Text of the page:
What happens when you force the intercept to be 0 in a regression model and why you should (generally) never do it

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This article answers the questions below. I will use the built-in dataset `mtcars`

.

- What is the intercept in a regression model?
- What happens when you remove or set the intercept to 0 in a regression model?
- Why you should never remove or set the intercept to 0?
- What are the effects of mean-centering a regressor/predictor?

If you need a refresher on how to interpret regression coefficients, see my other article.

```
library(ggplot2) # plot regression lines
```

Have a look at the built-in `mtcars`

dataset.

```
head(mtcars)
```

```
mpg cyl disp hp drat wt qsec vs am gear carb
Mazda RX4 21.0 6 160 110 3.90 2.620 16.46 0 1 4 4
Mazda RX4 Wag 21.0 6 160 110 3.90 2.875 17.02 0 1 4 4
Datsun 710 22.8 4 108 93 3.85 2.320 18.61 1 1 4 1
Hornet 4 Drive 21.4 6 258 110 3.08 3.215 19.44 1 0 3 1
Hornet Sportabout 18.7 8 360 175 3.15 3.440 17.02 0 0 3 2
Valiant 18.1 6 225 105 2.76 3.460 20.22 1 0 3 1
```

```
model1 <- lm(mpg ~ disp, mtcars) # the intercept is included by default: lm(mpg ~ 1 + disp, mtcars)
coef1 <- coef(model1) # get coefficients
coef1
```

```
(Intercept) disp
29.59985476 -0.04121512
```

Regression equation:

\[mpg_{i} = 29.59 - 0.04*disp_{i}\]

Interpretation

- For every 1 unit increase in the predictor
`disp`

, the outcome`mpg`

changes by -0.04. That is, as`disp`

increases,`mpg`

decreases. - When
`disp = 0`

,`mpg = 29.59`

.

\[mpg = 29.59 - 0.04*0\]

\[mpg = 29.59\]

```
ggplot(mtcars, aes(disp, mpg)) +
geom_point() +
geom_vline(xintercept = 0, col = 'grey') +
geom_hline(yintercept = 0, col = 'grey') +
scale_x_continuous(limits = c(-10, max(mtcars$disp))) +
scale_y_continuous(limits = c(-10, max(mtcars$mpg))) +
geom_abline(intercept = coef(model1)[1], slope = coef(model1)[2]) # manually plot regression line
```

```
model0 <- lm(mpg ~ 0 + disp, mtcars) # equivalent syntax: lm(mpg ~ -1 + disp, mtcars)
coef0 <- coef(model0) # get coefficients
coef0
```

```
disp
0.05904912
```

Note that after setting the intercept to 0, the relationship between `mpg`

and `disp`

is now **POSITIVE**, rather than negative (see above model with intercept).

Regression equation:

\[mpg_{i} = 0 + 0.059*disp_{i}\]

Interpretation

- For every 1 unit increase in the predictor
`disp`

, the outcome`mpg`

changes by 0.059. That is, as`disp`

increases,`mpg`

**increases**. - When
`disp = 0`

,`mpg = 0`

.**By removing the intercept (i.e., setting it to 0), we are forcing the regression line to go through the origin (the point where disp = 0 and mpg = 0).**

\[mpg = 0 + 0.059*0\]

\[mpg = 0\]

The regression line is forced to pass through the origin (0, 0). Therefore, unless your regressors are standardized or mean-centered, itâ€™s not a good idea to set the intercept to 0 when fitting the model. Even when your regressors are standardized or mean-centered, you should still include the intercept.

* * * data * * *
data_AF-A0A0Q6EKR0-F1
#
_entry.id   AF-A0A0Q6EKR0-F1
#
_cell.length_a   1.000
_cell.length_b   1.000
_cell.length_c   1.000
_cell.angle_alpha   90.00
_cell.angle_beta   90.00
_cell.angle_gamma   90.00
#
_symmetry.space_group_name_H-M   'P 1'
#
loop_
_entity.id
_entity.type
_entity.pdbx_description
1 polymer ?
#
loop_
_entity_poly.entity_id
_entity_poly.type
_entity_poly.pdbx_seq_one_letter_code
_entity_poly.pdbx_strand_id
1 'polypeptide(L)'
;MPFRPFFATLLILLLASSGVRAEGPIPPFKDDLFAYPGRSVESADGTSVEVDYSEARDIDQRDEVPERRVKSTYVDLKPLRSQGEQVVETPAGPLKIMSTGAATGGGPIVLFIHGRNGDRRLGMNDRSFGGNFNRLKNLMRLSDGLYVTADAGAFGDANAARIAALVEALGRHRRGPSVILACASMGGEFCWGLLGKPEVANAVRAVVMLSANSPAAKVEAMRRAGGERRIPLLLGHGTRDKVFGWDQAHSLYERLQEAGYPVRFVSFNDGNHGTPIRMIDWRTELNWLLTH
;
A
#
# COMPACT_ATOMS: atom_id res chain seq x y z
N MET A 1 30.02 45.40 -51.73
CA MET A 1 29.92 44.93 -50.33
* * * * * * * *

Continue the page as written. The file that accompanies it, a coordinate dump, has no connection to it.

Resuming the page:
```
ggplot(mtcars, aes(disp, mpg)) +
geom_point() +
geom_vline(xintercept = 0, col = 'grey') +
geom_hline(yintercept = 0, col = 'grey') +
scale_x_continuous(limits = c(-10, max(mtcars$disp))) +
scale_y_continuous(limits = c(-10, max(mtcars$mpg))) +
geom_abline(intercept = 0, slope = coef(model0)[1]) # manually plot regression line
```

Mean-center regressor

```
mtcars$dispC <- mtcars$disp - mean(mtcars$disp) # create mean-centered variable
mean(mtcars$dispC) # mean of dispC is 0 (with some rounding error)
```

```
[1] -1.199041e-14
```

Fit model with intercept and mean-centered regressor

```
model1c <- lm(mpg ~ dispC, mtcars)
coef(model1c)
```

```
(Intercept) dispC
20.09062500 -0.04121512
```

Fit model **without** intercept and with mean-centered regressor

```
model0c <- lm(mpg ~ 0 + dispC, mtcars)
coef(model0c)
```

```
dispC
-0.04121512
```

After mean-centering the regressor/predictor, fitting the model with or without the intercept gives the same `dispC`

coefficient: -0.04

```
ggplot(mtcars, aes(dispC, mpg)) +
geom_point() +
geom_vline(xintercept = 0, col = 'grey') +
geom_hline(yintercept = 0, col = 'grey') +
scale_x_continuous(limits = c(min(mtcars$dispC), max(mtcars$dispC))) +
scale_y_continuous(limits = c(-10, max(mtcars$mpg))) +
geom_abline(intercept = coef(model1c)[1], slope = coef(model1c)[2])
```

Note that the regression slope is identical to the first figure. The only difference is that the points have been shifted to the left.

If you see mistakes or want to suggest changes, please create an issue on the source repository.

Text and figures are licensed under Creative Commons Attribution CC BY 4.0. Source code is available at https://raw.githubusercontent.com/hauselin/rtutorialsite/master/_posts/2019-07-24-what-happens-when-you-remove-or-set-the-intercept-to-0-in-regression-models/what-happens-when-you-remove-or-set-the-intercept-to-0-in-regression-models.Rmd, unless otherwise noted. The figures that have been reused from other sources don't fall under this license and can be recognized by a note in their caption: "Figure from ...".

For attribution, please cite this work as

Lin (2019, July 24). Data science: What happens when you set the intercept to 0 in regression models. Retrieved from https://hausetutorials.netlify.com/posts/2019-07-24-what-happens-when-you-remove-or-set-the-intercept-to-0-in-regression-models/

BibTeX citation

@misc{lin2019what, author = {Lin, Hause}, title = {Data science: What happens when you set the intercept to 0 in regression models}, url = {https://hausetutorials.netlify.com/posts/2019-07-24-what-happens-when-you-remove-or-set-the-intercept-to-0-in-regression-models/}, year = {2019} }